Coral reefs are important not only to the millions of species that live in them, but to humans as well. Reefs protect coastlines from storm surges during violent storms, and they also offer a great deal of income from tourism and fishing. Coral reefs are in quite a bit of trouble at the moment, though. 50 percent of the world’s reefs have died in the last 30 years, and 90 percent of the surviving reefs may die off in the next century if action isn’t taken to save them. The reefs are suffering from numerous threats – climate change, overfishing, damage from boats, and other human-caused damage.
Humans may be responsible for threatening the coral reefs, but many humans are also taking responsibility for saving and restoring them. 3D printing has been found to be an effective way of creating artificial coral reefs, which are then dropped into the ocean where it’s hoped, free-floating coral polyps will attach themselves to them and grow into new coral structures. That coral will then attract the fish and other species that make their homes in reefs, and a new, natural reef will grow from the artificial seed material.
Several reefs have already been 3D printed and sunk into the ocean, and now Reef Design Lab, an Australian organization dedicated to the creation of artificial reefs, has created what, it turns out, is the largest 3D printed artificial coral reef so far. 3D molds of the reef structures were 3D printed over 24 hours, then used to cast the structures in ceramic, which is similar to the calcium carbonate found in actual coral reefs. The 3D printed molds were printed in Australia and shipped to the Maldives, filled with concrete, assembled at Summer Island and then dropped into the ocean, where they now rest seven meters below the surface.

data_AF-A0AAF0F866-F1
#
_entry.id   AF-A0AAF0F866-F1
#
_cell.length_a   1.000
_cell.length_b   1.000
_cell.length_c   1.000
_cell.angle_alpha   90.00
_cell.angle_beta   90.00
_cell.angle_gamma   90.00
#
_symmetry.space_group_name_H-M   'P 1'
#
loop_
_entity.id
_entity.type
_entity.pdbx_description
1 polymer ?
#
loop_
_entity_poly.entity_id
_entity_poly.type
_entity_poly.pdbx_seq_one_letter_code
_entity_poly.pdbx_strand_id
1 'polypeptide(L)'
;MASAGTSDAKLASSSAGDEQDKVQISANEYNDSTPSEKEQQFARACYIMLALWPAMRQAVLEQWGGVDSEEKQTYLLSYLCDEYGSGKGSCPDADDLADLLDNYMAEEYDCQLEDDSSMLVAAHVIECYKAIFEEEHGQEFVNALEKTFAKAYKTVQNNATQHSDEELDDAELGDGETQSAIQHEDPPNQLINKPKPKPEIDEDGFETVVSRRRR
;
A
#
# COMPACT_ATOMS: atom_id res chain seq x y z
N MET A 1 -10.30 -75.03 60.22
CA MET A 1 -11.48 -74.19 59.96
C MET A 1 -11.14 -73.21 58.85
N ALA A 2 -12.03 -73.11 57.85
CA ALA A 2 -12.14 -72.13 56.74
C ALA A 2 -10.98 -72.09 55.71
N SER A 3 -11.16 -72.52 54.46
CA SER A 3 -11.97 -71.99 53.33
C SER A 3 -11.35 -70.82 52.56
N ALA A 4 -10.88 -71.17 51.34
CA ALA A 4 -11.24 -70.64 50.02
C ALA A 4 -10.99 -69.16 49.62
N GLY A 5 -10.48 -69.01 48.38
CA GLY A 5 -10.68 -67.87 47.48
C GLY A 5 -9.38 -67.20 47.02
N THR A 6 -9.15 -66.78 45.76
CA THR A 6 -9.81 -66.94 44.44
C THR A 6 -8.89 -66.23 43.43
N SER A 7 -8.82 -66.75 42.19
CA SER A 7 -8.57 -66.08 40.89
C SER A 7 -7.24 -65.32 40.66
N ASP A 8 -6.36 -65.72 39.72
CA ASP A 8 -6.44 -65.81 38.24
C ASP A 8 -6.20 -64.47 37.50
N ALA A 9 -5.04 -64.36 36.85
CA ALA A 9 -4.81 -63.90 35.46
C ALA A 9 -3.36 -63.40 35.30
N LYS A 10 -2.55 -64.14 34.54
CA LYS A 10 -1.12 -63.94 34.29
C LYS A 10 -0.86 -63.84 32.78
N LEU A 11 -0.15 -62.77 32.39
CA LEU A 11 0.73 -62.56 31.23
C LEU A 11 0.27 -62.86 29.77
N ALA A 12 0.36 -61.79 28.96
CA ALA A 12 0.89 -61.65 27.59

Live coral was then transplanted into the artificial reef, where it will hopefully grow and colonize the artificial structure, forming a new, living reef.
“3D printing technology helps us to develop more innovative ways of protecting coral reefs. The technology allows us to mimic the complexity of natural reef structures, so we can design artificial reefs that closely resemble those found in nature,” said Alex Goad of Reef Design Lab. “We hope this will be a more effective way of growing and restoring corals.”
The creation of artificial reefs isn’t new – humans have utilized sunken ships and concrete blocks to attract coral in the past. 3D printing, however, allows for the natural structure of coral reefs to be imitated, which attracts more marine life. In this case, Goad used CAD to design replicas of naturally-occurring coral reef structures before 3D printing them. The complex shapes of natural reefs are difficult to create in any other way, so 3D printing has become a valuable asset in the creation of these reefs.
It will take several years for coral and the other species that make reefs their home to populate the artificial structures, so we won’t know for some time if these 3D printed experiments are truly working. They show a lot of promise, though, and for the 25% of marine species that depend on coral, help can’t come soon enough. Scientists are hoping that the Summer Island reef will be covered in coral within the next two years, and if the project succeeds, more will likely follow.
“Projects like the 3D printed reef are popular among guests, who like that we protect our environment,” said Mari Shareef, Manager of the nearby Summer Island Resort. “And it’s not only for the guests. Our staff, most of whom are Maldivian, want to protect their environment. “Ultimately, we want to help promote a culture of environmental stewardship, not just at Summer Island, but across the Maldives.”
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[Source: Verdict/Images: Reef Design Lab]
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